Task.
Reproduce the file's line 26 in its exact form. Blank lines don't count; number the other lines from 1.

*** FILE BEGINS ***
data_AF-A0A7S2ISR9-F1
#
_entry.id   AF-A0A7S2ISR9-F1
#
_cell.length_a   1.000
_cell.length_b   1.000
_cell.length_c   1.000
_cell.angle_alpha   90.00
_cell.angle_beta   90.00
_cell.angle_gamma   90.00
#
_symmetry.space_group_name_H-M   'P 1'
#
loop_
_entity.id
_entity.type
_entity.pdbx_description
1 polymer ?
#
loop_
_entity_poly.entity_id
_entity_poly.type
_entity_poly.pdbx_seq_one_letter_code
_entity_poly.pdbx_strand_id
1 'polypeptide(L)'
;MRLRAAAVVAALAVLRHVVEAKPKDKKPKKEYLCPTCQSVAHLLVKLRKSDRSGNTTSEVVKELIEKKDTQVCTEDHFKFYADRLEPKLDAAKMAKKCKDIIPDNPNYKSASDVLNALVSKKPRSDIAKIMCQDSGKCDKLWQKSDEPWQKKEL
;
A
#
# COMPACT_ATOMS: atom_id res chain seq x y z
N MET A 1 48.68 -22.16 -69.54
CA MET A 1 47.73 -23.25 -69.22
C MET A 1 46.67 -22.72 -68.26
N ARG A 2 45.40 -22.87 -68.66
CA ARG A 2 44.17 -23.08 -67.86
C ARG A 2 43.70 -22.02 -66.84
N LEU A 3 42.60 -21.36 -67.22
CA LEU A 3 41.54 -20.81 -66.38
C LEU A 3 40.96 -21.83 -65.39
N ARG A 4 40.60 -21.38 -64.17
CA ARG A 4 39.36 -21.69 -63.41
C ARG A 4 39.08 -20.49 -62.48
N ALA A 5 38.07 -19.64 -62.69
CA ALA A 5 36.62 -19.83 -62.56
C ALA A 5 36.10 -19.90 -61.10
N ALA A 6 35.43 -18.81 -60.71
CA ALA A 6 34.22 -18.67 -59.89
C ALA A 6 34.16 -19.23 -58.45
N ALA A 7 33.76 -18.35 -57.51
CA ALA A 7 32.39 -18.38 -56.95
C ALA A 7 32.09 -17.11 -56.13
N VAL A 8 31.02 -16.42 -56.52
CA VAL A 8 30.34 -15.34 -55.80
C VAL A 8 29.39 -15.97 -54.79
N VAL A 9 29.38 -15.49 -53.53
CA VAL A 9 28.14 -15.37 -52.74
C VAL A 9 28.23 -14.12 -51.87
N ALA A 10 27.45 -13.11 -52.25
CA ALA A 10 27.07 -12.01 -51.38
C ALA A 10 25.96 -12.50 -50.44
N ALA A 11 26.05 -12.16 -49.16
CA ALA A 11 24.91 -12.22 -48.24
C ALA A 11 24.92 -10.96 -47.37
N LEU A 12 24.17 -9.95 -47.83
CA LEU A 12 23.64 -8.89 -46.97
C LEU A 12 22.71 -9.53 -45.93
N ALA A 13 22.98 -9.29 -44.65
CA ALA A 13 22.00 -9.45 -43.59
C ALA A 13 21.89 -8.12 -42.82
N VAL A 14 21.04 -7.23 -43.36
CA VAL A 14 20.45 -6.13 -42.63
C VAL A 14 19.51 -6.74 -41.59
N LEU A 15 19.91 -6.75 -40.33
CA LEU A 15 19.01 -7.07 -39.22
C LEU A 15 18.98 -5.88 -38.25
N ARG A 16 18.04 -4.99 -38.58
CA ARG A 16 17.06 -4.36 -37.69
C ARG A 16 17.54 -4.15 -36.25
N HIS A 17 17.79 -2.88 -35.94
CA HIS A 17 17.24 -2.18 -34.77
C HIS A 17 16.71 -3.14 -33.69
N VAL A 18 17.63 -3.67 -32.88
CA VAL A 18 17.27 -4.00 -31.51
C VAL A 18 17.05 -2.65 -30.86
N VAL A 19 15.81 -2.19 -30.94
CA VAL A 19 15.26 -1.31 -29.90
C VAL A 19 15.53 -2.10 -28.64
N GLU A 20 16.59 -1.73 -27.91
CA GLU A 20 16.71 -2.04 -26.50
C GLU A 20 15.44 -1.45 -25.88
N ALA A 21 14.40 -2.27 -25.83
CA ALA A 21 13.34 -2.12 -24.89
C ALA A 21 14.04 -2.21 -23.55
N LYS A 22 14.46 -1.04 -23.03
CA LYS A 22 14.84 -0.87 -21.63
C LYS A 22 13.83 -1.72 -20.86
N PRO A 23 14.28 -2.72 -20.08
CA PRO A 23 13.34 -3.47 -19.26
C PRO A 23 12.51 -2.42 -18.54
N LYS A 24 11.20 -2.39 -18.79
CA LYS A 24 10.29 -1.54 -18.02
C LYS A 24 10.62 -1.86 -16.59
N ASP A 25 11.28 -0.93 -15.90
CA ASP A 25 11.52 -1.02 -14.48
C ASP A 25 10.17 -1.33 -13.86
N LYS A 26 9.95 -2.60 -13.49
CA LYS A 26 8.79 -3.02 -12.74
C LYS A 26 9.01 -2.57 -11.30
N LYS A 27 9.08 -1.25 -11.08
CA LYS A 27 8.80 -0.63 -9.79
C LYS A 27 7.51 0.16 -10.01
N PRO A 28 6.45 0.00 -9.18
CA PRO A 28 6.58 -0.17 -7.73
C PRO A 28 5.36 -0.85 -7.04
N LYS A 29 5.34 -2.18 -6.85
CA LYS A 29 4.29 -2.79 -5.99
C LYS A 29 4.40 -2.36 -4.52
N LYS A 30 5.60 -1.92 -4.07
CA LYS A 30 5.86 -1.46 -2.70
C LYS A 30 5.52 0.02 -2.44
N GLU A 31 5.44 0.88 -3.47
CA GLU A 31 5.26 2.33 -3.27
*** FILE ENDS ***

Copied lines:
;MRLRAAAVVAALAVLRHVVEAKPKDKKPKKEYLCPTCQSVAHLLVKLRKSDRSGNTTSEVVKELIEKKDTQVCTEDHFKFYADRLEPKLDAAKMAKKCKDIIPDNPNYKSASDVLNALVSKKPRSDIAKIMCQDSGKCDKLWQKSDEPWQKKEL